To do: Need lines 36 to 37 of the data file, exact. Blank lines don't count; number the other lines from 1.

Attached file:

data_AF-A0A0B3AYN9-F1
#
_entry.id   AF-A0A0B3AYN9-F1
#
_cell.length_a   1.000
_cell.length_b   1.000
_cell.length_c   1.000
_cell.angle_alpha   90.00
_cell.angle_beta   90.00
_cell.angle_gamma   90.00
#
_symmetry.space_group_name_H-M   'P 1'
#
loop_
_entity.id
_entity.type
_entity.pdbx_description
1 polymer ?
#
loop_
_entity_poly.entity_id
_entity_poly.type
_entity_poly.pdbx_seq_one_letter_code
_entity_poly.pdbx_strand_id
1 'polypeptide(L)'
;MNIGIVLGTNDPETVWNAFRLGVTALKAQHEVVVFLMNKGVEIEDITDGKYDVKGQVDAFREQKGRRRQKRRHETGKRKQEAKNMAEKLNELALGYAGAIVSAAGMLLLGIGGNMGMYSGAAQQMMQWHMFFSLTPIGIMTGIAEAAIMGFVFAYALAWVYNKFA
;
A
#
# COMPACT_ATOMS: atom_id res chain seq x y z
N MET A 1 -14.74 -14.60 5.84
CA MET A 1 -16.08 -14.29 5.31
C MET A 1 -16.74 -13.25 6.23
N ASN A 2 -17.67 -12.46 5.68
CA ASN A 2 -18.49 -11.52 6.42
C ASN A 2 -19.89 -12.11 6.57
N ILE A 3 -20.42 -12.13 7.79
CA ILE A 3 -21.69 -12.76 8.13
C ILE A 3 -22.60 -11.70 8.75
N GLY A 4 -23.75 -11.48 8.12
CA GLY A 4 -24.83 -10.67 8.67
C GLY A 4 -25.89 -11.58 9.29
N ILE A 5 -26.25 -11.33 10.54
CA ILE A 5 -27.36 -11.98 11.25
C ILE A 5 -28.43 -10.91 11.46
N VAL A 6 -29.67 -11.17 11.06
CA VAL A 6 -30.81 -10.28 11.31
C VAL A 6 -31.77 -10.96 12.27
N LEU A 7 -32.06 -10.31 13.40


C ASN A 2 -19.89 -12.11 6.57
N ILE A 3 -20.42 -12.13 7.79